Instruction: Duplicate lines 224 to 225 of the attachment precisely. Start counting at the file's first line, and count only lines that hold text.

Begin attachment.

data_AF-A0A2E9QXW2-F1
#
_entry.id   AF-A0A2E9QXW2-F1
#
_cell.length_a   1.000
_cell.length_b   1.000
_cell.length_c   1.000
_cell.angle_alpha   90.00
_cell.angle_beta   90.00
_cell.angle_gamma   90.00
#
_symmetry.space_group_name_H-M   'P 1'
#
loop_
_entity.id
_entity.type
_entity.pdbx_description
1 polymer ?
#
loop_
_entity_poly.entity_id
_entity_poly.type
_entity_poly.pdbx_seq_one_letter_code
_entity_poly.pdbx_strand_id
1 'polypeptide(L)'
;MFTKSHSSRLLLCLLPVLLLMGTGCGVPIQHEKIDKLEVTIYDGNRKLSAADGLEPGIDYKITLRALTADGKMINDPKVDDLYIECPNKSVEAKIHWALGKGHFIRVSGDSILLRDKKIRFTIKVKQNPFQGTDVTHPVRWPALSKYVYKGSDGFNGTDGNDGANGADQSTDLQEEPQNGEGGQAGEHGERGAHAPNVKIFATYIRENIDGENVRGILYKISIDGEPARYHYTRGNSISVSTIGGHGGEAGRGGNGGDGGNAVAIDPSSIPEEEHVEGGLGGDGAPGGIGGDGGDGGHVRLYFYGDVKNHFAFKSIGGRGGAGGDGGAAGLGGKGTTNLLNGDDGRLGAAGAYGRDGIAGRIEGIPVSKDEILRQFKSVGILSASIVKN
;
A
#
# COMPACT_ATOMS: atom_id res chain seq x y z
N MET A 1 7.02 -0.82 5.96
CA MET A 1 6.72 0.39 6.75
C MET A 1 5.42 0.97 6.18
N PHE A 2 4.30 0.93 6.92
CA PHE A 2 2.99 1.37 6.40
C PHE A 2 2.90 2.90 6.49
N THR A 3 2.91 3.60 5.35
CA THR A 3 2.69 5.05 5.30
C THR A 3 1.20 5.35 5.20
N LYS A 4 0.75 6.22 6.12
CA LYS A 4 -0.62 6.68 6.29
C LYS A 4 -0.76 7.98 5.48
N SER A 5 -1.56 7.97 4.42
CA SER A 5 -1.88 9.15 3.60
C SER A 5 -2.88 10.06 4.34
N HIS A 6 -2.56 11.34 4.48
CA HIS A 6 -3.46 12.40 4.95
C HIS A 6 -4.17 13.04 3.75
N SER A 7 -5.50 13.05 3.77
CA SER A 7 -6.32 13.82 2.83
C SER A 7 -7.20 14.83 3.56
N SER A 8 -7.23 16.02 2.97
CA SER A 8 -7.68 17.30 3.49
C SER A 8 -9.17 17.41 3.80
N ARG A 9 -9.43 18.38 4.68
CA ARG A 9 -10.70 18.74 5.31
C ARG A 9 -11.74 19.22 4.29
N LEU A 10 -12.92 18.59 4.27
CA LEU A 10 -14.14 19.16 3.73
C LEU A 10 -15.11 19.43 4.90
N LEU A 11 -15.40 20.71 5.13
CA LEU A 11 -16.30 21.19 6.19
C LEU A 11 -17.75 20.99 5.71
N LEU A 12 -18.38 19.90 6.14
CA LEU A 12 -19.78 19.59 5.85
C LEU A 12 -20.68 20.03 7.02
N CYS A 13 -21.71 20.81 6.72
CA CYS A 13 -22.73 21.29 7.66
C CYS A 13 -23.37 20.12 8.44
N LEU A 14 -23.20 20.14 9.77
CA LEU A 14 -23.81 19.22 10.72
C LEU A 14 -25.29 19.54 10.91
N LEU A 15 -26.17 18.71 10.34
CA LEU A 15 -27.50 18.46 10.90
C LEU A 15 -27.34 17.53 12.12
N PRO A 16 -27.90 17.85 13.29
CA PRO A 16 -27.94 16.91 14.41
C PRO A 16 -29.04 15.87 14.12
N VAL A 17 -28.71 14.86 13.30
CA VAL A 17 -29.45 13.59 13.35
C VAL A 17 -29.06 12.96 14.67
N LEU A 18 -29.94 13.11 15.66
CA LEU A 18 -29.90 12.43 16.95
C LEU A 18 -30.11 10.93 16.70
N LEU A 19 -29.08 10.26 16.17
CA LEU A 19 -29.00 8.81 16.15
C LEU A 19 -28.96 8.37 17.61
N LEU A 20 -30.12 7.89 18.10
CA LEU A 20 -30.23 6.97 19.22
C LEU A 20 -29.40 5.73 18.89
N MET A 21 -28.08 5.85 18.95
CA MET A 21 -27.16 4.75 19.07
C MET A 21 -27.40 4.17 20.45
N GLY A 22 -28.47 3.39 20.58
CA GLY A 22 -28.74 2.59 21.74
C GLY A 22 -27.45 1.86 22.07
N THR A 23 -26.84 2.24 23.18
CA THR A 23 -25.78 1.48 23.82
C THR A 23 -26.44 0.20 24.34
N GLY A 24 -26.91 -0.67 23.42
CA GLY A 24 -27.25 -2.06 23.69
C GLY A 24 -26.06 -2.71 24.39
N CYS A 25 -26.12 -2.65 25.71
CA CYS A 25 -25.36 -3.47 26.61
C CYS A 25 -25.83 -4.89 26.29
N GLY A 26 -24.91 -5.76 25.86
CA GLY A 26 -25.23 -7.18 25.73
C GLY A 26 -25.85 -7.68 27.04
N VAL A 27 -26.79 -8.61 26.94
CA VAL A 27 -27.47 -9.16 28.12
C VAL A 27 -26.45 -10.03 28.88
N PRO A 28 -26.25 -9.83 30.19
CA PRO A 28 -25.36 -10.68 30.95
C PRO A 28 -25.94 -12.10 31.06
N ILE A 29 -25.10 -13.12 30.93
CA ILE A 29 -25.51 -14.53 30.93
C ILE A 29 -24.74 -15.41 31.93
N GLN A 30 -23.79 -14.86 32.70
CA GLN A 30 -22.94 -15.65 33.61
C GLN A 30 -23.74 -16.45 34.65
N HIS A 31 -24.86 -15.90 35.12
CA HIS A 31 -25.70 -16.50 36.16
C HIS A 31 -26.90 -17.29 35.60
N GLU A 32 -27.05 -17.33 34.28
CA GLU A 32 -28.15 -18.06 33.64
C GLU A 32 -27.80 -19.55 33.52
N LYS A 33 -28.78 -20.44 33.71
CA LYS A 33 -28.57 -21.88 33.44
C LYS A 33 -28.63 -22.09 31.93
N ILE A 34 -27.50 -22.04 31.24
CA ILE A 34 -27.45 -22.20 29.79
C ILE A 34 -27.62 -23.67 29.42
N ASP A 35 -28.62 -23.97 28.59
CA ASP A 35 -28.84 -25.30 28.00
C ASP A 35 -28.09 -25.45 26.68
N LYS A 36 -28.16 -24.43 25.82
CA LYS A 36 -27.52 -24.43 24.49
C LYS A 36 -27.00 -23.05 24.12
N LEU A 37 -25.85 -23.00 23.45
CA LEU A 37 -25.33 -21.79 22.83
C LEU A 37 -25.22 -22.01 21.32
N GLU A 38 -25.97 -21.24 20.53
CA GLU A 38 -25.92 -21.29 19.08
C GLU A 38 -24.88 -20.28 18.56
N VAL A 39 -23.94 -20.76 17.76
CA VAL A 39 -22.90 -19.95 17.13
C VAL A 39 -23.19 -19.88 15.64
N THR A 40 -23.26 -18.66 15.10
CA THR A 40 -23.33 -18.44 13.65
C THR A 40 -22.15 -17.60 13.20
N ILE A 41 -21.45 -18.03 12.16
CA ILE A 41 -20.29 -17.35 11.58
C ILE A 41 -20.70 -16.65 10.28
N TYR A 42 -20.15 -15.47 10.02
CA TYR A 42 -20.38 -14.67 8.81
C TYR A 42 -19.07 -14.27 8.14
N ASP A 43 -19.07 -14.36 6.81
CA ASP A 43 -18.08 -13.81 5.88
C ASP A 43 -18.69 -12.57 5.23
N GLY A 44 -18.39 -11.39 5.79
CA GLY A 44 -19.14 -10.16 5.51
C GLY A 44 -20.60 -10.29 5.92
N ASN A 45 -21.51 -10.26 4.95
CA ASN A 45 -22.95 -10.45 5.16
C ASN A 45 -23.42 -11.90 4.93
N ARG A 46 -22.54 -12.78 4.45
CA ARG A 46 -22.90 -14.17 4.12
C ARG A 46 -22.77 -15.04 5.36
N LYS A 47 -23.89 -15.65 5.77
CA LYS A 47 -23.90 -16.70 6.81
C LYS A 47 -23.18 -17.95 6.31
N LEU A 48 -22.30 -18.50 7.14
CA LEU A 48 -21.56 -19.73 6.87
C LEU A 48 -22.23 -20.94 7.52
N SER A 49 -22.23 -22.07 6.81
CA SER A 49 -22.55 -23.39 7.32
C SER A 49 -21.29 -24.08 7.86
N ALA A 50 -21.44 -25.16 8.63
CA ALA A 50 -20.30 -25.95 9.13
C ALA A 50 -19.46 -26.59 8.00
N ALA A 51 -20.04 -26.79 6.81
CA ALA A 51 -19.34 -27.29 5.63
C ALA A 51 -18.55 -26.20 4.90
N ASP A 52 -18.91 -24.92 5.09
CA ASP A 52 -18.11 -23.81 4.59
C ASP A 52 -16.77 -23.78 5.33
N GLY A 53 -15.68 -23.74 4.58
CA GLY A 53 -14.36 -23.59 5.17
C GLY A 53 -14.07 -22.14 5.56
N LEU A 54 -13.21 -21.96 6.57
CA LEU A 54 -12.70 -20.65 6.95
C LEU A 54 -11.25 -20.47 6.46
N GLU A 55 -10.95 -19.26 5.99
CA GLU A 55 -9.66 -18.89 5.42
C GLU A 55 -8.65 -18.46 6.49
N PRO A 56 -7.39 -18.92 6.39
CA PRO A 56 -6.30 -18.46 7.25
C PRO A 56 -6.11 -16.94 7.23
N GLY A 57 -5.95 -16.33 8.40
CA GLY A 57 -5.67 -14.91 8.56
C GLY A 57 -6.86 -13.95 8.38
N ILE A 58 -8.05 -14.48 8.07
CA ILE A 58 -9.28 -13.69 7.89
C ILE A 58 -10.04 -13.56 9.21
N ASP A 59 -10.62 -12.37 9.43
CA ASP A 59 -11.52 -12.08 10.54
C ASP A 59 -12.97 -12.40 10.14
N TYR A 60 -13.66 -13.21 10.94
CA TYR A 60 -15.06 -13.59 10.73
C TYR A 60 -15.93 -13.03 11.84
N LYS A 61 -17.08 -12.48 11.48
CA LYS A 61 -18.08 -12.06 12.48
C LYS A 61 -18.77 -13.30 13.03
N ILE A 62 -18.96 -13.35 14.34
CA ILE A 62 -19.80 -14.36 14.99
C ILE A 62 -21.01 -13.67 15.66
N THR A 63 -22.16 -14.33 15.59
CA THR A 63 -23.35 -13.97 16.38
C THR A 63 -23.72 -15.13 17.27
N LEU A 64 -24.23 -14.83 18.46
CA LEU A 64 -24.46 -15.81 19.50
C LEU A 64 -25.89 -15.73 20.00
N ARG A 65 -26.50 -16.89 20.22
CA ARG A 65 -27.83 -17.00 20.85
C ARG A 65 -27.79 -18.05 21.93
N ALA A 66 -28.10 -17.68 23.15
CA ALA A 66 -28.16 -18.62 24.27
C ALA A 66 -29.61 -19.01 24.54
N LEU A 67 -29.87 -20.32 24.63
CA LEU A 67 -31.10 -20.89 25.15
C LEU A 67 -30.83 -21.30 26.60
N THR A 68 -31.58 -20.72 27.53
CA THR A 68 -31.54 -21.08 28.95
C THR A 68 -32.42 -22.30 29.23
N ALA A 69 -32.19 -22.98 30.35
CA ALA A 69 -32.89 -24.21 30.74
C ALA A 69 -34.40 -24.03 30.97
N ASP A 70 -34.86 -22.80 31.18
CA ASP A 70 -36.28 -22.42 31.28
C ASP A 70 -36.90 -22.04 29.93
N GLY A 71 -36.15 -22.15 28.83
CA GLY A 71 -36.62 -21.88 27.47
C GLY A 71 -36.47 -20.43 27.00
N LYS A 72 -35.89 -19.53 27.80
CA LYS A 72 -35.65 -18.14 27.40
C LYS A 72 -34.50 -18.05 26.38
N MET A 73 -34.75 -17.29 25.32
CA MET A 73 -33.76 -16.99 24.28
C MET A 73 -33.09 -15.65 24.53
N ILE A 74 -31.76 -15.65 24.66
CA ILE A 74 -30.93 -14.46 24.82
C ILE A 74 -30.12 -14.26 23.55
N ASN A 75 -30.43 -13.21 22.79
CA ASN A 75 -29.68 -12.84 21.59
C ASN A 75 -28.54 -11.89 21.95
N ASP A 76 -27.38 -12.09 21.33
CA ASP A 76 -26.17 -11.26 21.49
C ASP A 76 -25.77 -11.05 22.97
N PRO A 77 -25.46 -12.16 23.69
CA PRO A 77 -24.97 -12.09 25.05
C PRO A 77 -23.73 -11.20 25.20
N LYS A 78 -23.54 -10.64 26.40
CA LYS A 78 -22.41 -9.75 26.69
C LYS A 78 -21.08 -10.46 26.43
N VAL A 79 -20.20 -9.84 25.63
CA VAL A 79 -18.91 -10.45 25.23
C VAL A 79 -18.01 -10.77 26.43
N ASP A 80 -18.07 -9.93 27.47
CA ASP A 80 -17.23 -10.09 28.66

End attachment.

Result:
CA ARG A 65 -27.83 -17.00 20.85
C ARG A 65 -27.79 -18.05 21.93